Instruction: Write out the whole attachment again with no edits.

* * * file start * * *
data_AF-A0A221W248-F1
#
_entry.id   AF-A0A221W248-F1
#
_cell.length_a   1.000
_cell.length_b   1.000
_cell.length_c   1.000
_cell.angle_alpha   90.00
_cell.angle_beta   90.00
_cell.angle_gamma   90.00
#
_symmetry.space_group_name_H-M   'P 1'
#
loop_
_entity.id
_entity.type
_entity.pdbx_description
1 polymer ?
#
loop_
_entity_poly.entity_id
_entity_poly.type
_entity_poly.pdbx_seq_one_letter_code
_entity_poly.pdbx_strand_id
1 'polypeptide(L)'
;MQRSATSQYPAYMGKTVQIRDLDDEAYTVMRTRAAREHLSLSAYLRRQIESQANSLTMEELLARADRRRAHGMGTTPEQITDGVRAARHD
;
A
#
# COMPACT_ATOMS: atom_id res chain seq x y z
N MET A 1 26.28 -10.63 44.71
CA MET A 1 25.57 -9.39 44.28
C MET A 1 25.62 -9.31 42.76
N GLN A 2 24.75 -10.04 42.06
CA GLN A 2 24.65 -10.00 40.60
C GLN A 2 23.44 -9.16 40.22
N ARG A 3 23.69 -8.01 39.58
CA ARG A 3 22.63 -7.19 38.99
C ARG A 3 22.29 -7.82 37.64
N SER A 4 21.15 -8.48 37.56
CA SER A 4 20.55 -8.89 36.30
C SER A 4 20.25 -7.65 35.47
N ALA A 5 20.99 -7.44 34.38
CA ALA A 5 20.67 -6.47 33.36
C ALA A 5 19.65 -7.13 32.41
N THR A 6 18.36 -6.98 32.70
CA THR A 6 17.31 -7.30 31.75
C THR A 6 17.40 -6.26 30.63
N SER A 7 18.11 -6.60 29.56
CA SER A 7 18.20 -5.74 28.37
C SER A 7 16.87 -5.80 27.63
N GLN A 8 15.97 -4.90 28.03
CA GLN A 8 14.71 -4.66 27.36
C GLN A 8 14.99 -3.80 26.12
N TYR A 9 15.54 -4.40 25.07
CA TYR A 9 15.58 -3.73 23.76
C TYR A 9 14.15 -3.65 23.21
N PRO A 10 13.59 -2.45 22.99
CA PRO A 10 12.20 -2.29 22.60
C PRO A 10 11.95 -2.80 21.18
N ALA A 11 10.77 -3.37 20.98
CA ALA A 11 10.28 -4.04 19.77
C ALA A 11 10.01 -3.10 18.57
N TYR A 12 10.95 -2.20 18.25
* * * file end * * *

data_AF-A0A221W248-F1
#
_entry.id   AF-A0A221W248-F1
#
_cell.length_a   1.000
_cell.length_b   1.000
_cell.length_c   1.000
_cell.angle_alpha   90.00
_cell.angle_beta   90.00
_cell.angle_gamma   90.00
#
_symmetry.space_group_name_H-M   'P 1'
#
loop_
_entity.id
_entity.type
_entity.pdbx_description
1 polymer ?
#
loop_
_entity_poly.entity_id
_entity_poly.type
_entity_poly.pdbx_seq_one_letter_code
_entity_poly.pdbx_strand_id
1 'polypeptide(L)'
;MQRSATSQYPAYMGKTVQIRDLDDEAYTVMRTRAAREHLSLSAYLRRQIESQANSLTMEELLARADRRRAHGMGTTPEQITDGVRAARHD
;
A
#
# COMPACT_ATOMS: atom_id res chain seq x y z
N MET A 1 26.28 -10.63 44.71
CA MET A 1 25.57 -9.39 44.28
C MET A 1 25.62 -9.31 42.76
N GLN A 2 24.75 -10.04 42.06
CA GLN A 2 24.65 -10.00 40.60
C GLN A 2 23.44 -9.16 40.22
N ARG A 3 23.69 -8.01 39.58
CA ARG A 3 22.63 -7.19 38.99
C ARG A 3 22.29 -7.82 37.64
N SER A 4 21.15 -8.48 37.56
CA SER A 4 20.55 -8.89 36.30
C SER A 4 20.25 -7.65 35.47
N ALA A 5 20.99 -7.44 34.38
CA ALA A 5 20.67 -6.47 33.36
C ALA A 5 19.65 -7.13 32.41
N THR A 6 18.36 -6.98 32.70
CA THR A 6 17.31 -7.30 31.75
C THR A 6 17.40 -6.26 30.63
N SER A 7 18.11 -6.60 29.56
CA SER A 7 18.20 -5.74 28.37
C SER A 7 16.87 -5.80 27.63
N GLN A 8 15.97 -4.90 28.03
CA GLN A 8 14.71 -4.66 27.36
C GLN A 8 14.99 -3.80 26.12
N TYR A 9 15.54 -4.40 25.07
CA TYR A 9 15.58 -3.73 23.76
C TYR A 9 14.15 -3.65 23.21
N PRO A 10 13.59 -2.45 22.99
CA PRO A 10 12.20 -2.29 22.60
C PRO A 10 11.95 -2.80 21.18
N ALA A 11 10.77 -3.37 20.98
CA ALA A 11 10.28 -4.04 19.77
C ALA A 11 10.01 -3.10 18.57
N TYR A 12 10.95 -2.20 18.25